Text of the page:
Ziegler, in the interview, appears at a loss in understanding why the Japanese government is going to such great lengths to rewrite this U.S. history textbook. But take a closer look: The answer is right there in the first paragraph, third sentence, reading “...the army presented the women to the troops as a gift from the emperor...”.

If you live in Japan long enough, you learn to read between the lines where Japan’s royal family is concerned, and it seems that what is
really offending the right-wing Abe administration of Japan most (aside from the high numbers of women listed as sexual slaves) is the fact that the emperor’s honor is unforgivably stained by the notion that the imperial Japanese army “presented the women to the troops as a gift from the emperor”.

That phrase, I would say, is undeniably true but is also open to being misconstrued. The army of Japan probably didn’t officially announce to the troops at the time: “Now, these girls are a gift from the emperor, boys. Go and have some fun with them”. But on the other hand, it didn’t need to say it. It would automatically be assumed by the troops that those thousands of Asian girls — many of whom were not even women yet — were “property” of the imperial Japanese army and that they, the soldiers and officers, could do whatever they wanted with them. “A gift”, in fact, may even be too polite a term to describe the brutal institution of sexual slavery that Japan had in place in those days.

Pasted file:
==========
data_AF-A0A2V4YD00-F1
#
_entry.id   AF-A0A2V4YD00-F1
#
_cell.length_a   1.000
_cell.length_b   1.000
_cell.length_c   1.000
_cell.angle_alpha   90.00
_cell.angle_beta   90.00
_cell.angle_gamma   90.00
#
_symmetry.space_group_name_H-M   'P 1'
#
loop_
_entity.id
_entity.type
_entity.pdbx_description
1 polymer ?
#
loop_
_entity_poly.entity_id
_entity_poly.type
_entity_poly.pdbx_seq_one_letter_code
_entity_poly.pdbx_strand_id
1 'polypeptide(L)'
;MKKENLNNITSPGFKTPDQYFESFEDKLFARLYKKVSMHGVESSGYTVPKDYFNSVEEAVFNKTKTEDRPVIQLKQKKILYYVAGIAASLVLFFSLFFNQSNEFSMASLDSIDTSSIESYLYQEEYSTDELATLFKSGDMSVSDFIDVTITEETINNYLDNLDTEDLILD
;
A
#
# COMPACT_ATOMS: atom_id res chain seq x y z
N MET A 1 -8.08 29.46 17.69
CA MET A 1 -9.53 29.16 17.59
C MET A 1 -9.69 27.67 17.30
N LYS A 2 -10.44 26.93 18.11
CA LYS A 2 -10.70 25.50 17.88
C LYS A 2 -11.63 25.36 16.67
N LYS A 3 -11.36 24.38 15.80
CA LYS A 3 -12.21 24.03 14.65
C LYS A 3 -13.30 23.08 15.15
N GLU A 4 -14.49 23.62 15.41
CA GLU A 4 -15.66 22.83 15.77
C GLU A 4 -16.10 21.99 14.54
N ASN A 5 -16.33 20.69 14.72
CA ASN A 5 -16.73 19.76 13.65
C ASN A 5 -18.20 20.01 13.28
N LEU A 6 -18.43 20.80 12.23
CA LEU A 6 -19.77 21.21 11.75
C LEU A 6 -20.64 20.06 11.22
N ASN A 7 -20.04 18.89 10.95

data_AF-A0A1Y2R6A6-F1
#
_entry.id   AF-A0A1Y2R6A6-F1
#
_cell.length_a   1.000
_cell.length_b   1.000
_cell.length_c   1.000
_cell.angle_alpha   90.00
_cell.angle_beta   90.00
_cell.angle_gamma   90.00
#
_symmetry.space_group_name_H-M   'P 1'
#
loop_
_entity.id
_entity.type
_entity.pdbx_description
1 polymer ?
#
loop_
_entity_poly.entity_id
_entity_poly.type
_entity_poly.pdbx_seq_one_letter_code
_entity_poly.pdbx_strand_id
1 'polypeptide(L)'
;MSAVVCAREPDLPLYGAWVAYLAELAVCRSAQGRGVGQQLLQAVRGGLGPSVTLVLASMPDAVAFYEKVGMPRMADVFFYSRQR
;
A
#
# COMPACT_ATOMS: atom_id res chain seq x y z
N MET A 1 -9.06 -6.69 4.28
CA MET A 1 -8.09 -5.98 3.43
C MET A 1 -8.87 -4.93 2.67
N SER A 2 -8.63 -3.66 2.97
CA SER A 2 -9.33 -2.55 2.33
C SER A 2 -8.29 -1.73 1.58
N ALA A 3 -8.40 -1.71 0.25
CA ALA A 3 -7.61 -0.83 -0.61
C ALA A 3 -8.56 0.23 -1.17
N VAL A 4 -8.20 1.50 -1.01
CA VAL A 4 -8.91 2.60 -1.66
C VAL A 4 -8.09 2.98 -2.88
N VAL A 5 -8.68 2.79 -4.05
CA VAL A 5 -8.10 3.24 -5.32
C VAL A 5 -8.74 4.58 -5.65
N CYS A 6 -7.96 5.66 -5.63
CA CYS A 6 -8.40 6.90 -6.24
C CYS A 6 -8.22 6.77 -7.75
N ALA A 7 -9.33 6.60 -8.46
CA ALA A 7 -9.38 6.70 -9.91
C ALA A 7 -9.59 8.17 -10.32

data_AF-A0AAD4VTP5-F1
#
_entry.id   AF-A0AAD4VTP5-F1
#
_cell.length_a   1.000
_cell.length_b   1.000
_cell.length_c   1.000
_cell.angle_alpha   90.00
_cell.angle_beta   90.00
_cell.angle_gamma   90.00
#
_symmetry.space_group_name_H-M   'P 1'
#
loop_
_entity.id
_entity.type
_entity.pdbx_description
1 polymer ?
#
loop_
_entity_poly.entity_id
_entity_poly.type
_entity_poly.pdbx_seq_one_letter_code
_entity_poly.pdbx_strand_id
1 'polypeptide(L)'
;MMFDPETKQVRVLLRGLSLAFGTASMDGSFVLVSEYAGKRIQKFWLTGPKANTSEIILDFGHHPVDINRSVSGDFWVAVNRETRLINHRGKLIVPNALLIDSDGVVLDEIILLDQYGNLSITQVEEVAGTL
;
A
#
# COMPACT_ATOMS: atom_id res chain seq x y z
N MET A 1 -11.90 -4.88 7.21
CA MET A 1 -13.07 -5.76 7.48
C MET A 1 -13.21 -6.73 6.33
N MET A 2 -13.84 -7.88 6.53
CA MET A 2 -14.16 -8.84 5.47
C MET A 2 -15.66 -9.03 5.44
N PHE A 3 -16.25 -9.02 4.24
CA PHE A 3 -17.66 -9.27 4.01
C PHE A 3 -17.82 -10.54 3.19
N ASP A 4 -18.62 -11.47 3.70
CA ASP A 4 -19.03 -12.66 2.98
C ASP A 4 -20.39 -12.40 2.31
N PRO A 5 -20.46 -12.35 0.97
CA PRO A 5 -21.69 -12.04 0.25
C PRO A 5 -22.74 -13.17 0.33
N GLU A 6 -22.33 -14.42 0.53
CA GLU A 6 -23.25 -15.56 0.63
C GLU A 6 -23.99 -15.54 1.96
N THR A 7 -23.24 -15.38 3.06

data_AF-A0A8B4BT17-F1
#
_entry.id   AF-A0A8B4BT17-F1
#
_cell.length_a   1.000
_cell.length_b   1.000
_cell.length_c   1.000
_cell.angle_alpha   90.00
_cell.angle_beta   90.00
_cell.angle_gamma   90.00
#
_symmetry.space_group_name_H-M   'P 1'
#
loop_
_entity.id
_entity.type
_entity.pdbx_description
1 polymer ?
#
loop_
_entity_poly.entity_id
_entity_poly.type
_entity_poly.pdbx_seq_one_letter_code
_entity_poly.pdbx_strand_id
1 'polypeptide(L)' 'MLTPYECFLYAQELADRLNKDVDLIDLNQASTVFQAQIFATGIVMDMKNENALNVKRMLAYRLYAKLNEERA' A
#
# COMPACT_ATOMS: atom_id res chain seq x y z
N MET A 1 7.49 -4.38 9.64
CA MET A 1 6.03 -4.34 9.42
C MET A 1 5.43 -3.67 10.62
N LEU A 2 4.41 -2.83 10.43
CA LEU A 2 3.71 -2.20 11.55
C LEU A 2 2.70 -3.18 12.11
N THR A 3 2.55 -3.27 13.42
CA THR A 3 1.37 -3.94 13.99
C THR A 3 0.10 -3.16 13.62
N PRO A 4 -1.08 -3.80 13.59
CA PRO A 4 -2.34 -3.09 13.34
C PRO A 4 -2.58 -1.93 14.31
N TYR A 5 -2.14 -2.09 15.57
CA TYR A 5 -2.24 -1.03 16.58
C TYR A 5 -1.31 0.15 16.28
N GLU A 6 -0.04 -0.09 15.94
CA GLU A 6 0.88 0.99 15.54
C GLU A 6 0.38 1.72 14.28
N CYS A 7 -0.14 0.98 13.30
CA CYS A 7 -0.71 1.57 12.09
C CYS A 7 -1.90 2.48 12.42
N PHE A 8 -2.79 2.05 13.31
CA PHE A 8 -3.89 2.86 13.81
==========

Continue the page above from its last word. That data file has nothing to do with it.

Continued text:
We would also do well to understand that unlike Germany and Italy, Japan as a fascist military state fought the war in the name of Emperor Hirohito, who, like all other emperors before him, was considered a god under Japan’s indigenous Shinto religion. In other words, World War II for Japan was every bit a holy war in its own way as the kind we see today by a small but violent element of Islamic fundamentalism. Different names, same game.

Of course, Emperor Hirohito, under the terms of postwar surrender by the Americans, renounced his divine status and was treated from then on simply as a “symbol” of the Japanese state. He was no longer a god and held no political power. But alas, old thinking dies hard, and there is still a “cult of the emperor” in Japan among rabid rightists today that treats the slightest perceived staining of the emperor’s honor as an inexcusable act that must be protested or avenged.